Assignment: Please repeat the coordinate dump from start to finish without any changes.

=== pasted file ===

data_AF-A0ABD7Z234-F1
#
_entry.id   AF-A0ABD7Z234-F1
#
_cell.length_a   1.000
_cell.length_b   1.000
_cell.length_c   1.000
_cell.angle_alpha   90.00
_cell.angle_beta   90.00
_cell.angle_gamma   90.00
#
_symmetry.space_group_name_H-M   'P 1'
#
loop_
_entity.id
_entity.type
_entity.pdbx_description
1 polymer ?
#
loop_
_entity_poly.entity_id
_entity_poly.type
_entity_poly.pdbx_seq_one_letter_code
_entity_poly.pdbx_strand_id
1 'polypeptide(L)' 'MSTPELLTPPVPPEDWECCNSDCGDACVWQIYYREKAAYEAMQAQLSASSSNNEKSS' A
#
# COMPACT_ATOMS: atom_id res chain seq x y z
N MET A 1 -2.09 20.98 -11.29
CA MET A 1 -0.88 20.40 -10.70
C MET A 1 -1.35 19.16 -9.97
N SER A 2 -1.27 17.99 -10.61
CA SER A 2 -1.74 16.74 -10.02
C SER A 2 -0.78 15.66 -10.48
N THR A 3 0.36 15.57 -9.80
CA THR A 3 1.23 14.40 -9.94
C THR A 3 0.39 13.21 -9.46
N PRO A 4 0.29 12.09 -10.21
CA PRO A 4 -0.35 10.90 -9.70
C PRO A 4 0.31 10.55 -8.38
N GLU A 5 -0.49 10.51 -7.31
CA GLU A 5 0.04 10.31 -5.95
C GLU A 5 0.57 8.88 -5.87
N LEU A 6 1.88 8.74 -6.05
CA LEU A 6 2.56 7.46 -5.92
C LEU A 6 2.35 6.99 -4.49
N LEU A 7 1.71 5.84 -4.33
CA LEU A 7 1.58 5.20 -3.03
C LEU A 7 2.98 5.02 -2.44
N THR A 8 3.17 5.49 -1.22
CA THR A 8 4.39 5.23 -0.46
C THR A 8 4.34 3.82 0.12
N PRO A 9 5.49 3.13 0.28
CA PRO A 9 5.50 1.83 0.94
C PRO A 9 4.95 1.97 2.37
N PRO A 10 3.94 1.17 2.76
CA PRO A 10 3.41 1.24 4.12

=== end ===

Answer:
data_AF-A0ABD7Z234-F1
#
_entry.id   AF-A0ABD7Z234-F1
#
_cell.length_a   1.000
_cell.length_b   1.000
_cell.length_c   1.000
_cell.angle_alpha   90.00
_cell.angle_beta   90.00
_cell.angle_gamma   90.00
#
_symmetry.space_group_name_H-M   'P 1'
#
loop_
_entity.id
_entity.type
_entity.pdbx_description
1 polymer ?
#
loop_
_entity_poly.entity_id
_entity_poly.type
_entity_poly.pdbx_seq_one_letter_code
_entity_poly.pdbx_strand_id
1 'polypeptide(L)' 'MSTPELLTPPVPPEDWECCNSDCGDACVWQIYYREKAAYEAMQAQLSASSSNNEKSS' A
#
# COMPACT_ATOMS: atom_id res chain seq x y z
N MET A 1 -2.09 20.98 -11.29
CA MET A 1 -0.88 20.40 -10.70
C MET A 1 -1.35 19.16 -9.97
N SER A 2 -1.27 17.99 -10.61
CA SER A 2 -1.74 16.74 -10.02
C SER A 2 -0.78 15.66 -10.48
N THR A 3 0.36 15.57 -9.80
CA THR A 3 1.23 14.40 -9.94
C THR A 3 0.39 13.21 -9.46
N PRO A 4 0.29 12.09 -10.21
CA PRO A 4 -0.35 10.90 -9.70
C PRO A 4 0.31 10.55 -8.38
N GLU A 5 -0.49 10.51 -7.31
CA GLU A 5 0.04 10.31 -5.95
C GLU A 5 0.57 8.88 -5.87
N LEU A 6 1.88 8.74 -6.05
CA LEU A 6 2.56 7.46 -5.92
C LEU A 6 2.35 6.99 -4.49
N LEU A 7 1.71 5.84 -4.33
CA LEU A 7 1.58 5.20 -3.03
C LEU A 7 2.98 5.02 -2.44
N THR A 8 3.17 5.49 -1.22
CA THR A 8 4.39 5.23 -0.46
C THR A 8 4.34 3.82 0.12
N PRO A 9 5.49 3.13 0.28
CA PRO A 9 5.50 1.83 0.94
C PRO A 9 4.95 1.97 2.37
N PRO A 10 3.94 1.17 2.76
CA PRO A 10 3.41 1.24 4.12